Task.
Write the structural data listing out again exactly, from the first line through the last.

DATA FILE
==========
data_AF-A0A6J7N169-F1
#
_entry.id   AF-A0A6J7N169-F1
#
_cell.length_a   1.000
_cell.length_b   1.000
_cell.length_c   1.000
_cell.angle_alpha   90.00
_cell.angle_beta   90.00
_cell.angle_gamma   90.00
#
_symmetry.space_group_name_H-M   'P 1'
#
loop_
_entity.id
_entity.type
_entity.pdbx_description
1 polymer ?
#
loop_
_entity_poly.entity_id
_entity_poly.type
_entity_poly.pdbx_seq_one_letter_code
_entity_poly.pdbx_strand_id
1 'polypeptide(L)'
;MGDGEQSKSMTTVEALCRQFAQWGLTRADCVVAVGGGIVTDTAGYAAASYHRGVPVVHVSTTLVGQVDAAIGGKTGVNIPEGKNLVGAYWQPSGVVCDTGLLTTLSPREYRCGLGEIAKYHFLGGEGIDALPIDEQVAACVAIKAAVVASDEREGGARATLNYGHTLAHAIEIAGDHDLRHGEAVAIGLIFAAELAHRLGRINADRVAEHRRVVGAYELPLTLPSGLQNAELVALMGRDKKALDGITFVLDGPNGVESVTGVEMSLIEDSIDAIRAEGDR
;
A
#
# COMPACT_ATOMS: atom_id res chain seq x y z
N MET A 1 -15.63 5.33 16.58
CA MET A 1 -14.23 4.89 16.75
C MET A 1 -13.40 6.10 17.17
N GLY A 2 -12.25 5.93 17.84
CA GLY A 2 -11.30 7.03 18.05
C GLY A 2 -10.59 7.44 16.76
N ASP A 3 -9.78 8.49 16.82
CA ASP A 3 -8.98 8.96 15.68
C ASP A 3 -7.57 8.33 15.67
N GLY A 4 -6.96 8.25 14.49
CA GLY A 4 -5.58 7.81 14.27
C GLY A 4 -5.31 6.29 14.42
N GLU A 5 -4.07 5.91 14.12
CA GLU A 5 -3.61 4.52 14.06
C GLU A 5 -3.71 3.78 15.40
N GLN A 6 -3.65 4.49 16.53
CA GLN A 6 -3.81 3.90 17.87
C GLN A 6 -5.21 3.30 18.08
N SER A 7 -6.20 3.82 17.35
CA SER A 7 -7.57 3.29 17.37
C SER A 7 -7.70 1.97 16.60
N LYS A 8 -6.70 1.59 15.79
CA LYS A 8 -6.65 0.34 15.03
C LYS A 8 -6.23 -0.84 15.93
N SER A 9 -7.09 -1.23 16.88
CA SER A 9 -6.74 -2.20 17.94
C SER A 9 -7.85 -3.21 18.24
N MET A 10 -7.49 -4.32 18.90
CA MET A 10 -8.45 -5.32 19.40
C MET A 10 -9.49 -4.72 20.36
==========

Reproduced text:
data_AF-A0A6J7N169-F1
#
_entry.id   AF-A0A6J7N169-F1
#
_cell.length_a   1.000
_cell.length_b   1.000
_cell.length_c   1.000
_cell.angle_alpha   90.00
_cell.angle_beta   90.00
_cell.angle_gamma   90.00
#
_symmetry.space_group_name_H-M   'P 1'
#
loop_
_entity.id
_entity.type
_entity.pdbx_description
1 polymer ?
#
loop_
_entity_poly.entity_id
_entity_poly.type
_entity_poly.pdbx_seq_one_letter_code
_entity_poly.pdbx_strand_id
1 'polypeptide(L)'
;MGDGEQSKSMTTVEALCRQFAQWGLTRADCVVAVGGGIVTDTAGYAAASYHRGVPVVHVSTTLVGQVDAAIGGKTGVNIPEGKNLVGAYWQPSGVVCDTGLLTTLSPREYRCGLGEIAKYHFLGGEGIDALPIDEQVAACVAIKAAVVASDEREGGARATLNYGHTLAHAIEIAGDHDLRHGEAVAIGLIFAAELAHRLGRINADRVAEHRRVVGAYELPLTLPSGLQNAELVALMGRDKKALDGITFVLDGPNGVESVTGVEMSLIEDSIDAIRAEGDR
;
A
#
# COMPACT_ATOMS: atom_id res chain seq x y z
N MET A 1 -15.63 5.33 16.58
CA MET A 1 -14.23 4.89 16.75
C MET A 1 -13.40 6.10 17.17
N GLY A 2 -12.25 5.93 17.84
CA GLY A 2 -11.30 7.03 18.05
C GLY A 2 -10.59 7.44 16.76
N ASP A 3 -9.78 8.49 16.82
CA ASP A 3 -8.98 8.96 15.68
C ASP A 3 -7.57 8.33 15.67
N GLY A 4 -6.96 8.25 14.49
CA GLY A 4 -5.58 7.81 14.27
C GLY A 4 -5.31 6.29 14.42
N GLU A 5 -4.07 5.91 14.12
CA GLU A 5 -3.61 4.52 14.06
C GLU A 5 -3.71 3.78 15.40
N GLN A 6 -3.65 4.49 16.53
CA GLN A 6 -3.81 3.90 17.87
C GLN A 6 -5.21 3.30 18.08
N SER A 7 -6.20 3.82 17.35
CA SER A 7 -7.57 3.29 17.37
C SER A 7 -7.70 1.97 16.60
N LYS A 8 -6.70 1.59 15.79
CA LYS A 8 -6.65 0.34 15.03
C LYS A 8 -6.23 -0.84 15.93
N SER A 9 -7.09 -1.23 16.88
CA SER A 9 -6.74 -2.20 17.94
C SER A 9 -7.85 -3.21 18.24
N MET A 10 -7.49 -4.32 18.90
CA MET A 10 -8.45 -5.32 19.40
C MET A 10 -9.49 -4.72 20.36